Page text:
Address: Largo di Villa Peretti 67, Rome, 00185 Italy
Hours: 9:00 am – 7:45 pm
Getting There: Bus C2, Metro Lines A and B
Admission: Adults – 7 euro, Children under 17 yrs – Free
This 19th century palace houses sculptures, mosaics, coins, frescos and jewels that document the evolution of the Roman artistic culture from the late Republican age through Late Antiquity. The Neo-Renaissance style building has four floors to explore. The basement houses the large coin collection, jewels and the Grottarossa Mummy. The next floors display spectacular Greek originals discovered in Rome, masterpieces of sculpture, frescoed walls and Roman mosaics. The unique exhibits in this museum will make this visit interesting for the whole family.
Address: Piazzale del Museo Borghese 5, 00197 Rome
Hours: Tuesday – Sunday 8:30 am – 7:35 pm, Monday – Closed
Getting There: Bus 5, Underground Line A Piazza di Spagna stop
Admission: 11 euros
The Borghese Gallery is an art gallery located in the former Villa Borghese Pinciana. The gallery houses paintings, sculptures, and antiquities in a collection begun by the nephew of Pope Paul V, Cardinal Scipione Borghese. The two story gallery has twenty two rooms and is surrounded by the Villa Borghese Gardens, the largest public park in Rome. Guided tours and audio guides are available for an extra fee of 5 euros. Ticket reservations for the gallery are required. Go to www.tosc.it for online reservations or call +39-06-32810 to reach the reservation center. Make sure you check out the museum shop to pick up art books, postcards, posters and other items inspired by the masterpieces of the gallery.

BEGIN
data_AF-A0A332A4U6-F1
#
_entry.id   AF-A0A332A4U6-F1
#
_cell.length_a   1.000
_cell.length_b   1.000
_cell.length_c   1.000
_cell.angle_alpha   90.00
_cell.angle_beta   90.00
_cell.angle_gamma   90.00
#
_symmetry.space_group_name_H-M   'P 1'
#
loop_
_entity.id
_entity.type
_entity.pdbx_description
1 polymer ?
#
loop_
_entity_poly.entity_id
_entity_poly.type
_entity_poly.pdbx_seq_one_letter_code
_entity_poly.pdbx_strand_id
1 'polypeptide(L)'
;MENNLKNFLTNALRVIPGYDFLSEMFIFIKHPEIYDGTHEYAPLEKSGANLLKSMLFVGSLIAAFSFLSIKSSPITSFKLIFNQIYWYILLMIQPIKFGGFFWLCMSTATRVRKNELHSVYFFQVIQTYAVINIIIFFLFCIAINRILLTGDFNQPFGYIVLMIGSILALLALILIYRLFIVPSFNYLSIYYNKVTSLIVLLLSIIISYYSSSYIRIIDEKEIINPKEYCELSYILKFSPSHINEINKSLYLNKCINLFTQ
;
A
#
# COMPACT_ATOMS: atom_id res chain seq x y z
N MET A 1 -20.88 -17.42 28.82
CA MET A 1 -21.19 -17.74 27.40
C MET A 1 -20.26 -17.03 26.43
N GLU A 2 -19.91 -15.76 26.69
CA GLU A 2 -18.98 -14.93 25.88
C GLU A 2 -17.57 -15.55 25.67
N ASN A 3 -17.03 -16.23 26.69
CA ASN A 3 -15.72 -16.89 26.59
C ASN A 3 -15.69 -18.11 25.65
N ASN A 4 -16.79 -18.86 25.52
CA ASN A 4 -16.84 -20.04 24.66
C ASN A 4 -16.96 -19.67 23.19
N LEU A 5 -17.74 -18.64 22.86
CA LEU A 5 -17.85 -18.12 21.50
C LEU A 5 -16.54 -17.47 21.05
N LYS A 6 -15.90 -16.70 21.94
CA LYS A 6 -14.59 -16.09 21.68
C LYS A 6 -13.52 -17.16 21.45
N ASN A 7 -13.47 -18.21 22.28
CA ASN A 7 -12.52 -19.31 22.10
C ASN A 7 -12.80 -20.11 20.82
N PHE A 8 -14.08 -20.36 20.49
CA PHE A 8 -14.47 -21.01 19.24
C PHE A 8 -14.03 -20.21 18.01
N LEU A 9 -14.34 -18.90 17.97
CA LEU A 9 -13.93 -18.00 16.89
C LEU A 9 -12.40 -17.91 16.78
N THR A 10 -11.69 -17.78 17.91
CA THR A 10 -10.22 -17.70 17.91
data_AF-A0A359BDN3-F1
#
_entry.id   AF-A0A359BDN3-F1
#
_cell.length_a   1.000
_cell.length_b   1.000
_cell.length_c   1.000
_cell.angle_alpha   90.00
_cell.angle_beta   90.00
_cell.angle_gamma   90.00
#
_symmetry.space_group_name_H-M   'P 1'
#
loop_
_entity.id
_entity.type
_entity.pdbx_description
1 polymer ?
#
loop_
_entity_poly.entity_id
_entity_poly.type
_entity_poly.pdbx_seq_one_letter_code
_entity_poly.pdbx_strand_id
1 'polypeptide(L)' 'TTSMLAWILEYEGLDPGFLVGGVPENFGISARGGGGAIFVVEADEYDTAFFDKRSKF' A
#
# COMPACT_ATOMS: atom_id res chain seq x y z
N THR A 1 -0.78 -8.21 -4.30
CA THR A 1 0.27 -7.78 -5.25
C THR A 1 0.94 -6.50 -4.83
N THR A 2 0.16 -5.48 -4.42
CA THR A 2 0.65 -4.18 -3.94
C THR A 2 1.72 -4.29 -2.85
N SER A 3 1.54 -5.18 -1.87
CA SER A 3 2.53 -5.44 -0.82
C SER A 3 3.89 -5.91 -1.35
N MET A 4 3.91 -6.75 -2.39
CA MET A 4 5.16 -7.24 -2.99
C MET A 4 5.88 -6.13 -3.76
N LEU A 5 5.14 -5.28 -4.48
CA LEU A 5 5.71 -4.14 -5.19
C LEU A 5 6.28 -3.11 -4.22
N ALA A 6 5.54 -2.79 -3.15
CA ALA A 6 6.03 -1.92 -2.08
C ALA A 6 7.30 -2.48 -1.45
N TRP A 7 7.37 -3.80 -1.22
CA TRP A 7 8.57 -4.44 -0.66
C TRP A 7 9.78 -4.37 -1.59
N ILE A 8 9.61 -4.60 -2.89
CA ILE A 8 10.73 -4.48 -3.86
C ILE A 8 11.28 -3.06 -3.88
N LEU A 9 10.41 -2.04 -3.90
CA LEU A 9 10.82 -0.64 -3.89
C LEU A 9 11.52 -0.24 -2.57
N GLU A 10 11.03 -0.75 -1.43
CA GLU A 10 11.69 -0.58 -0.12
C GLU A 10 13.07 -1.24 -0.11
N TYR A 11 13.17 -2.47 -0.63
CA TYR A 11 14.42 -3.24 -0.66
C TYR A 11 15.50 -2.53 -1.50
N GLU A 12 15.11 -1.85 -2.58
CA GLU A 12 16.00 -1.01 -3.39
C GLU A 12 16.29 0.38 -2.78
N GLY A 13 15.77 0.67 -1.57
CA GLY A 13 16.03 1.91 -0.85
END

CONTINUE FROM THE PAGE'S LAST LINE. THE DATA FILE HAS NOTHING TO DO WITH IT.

Address: Via Labicana 95, 00184 Rome, Italy
Hours: 9:00 am – 12:30 pm and 3:30 pm – 6:30 pm
Getting There: Metro Stop Colosseo
Travel back in history at the Basilica of San Clemente. The structure is built on three levels from different time periods. The present basilica was built during the height of the Middle Ages. The basilica beneath the present one was converted from the home of a Roman nobleman of the 4th century. The most ancient part of the basilica is the bottom level, which was the foundation of a republican era building that had been destroyed in the Great Fire of 64 AD. Admire the breathtaking mosaics and frescoes, or take an excavation tour for 5 euros. Exploring the layers of history at the Basilica of San Clemente is an excellent way to see how Rome has been built up over the centuries.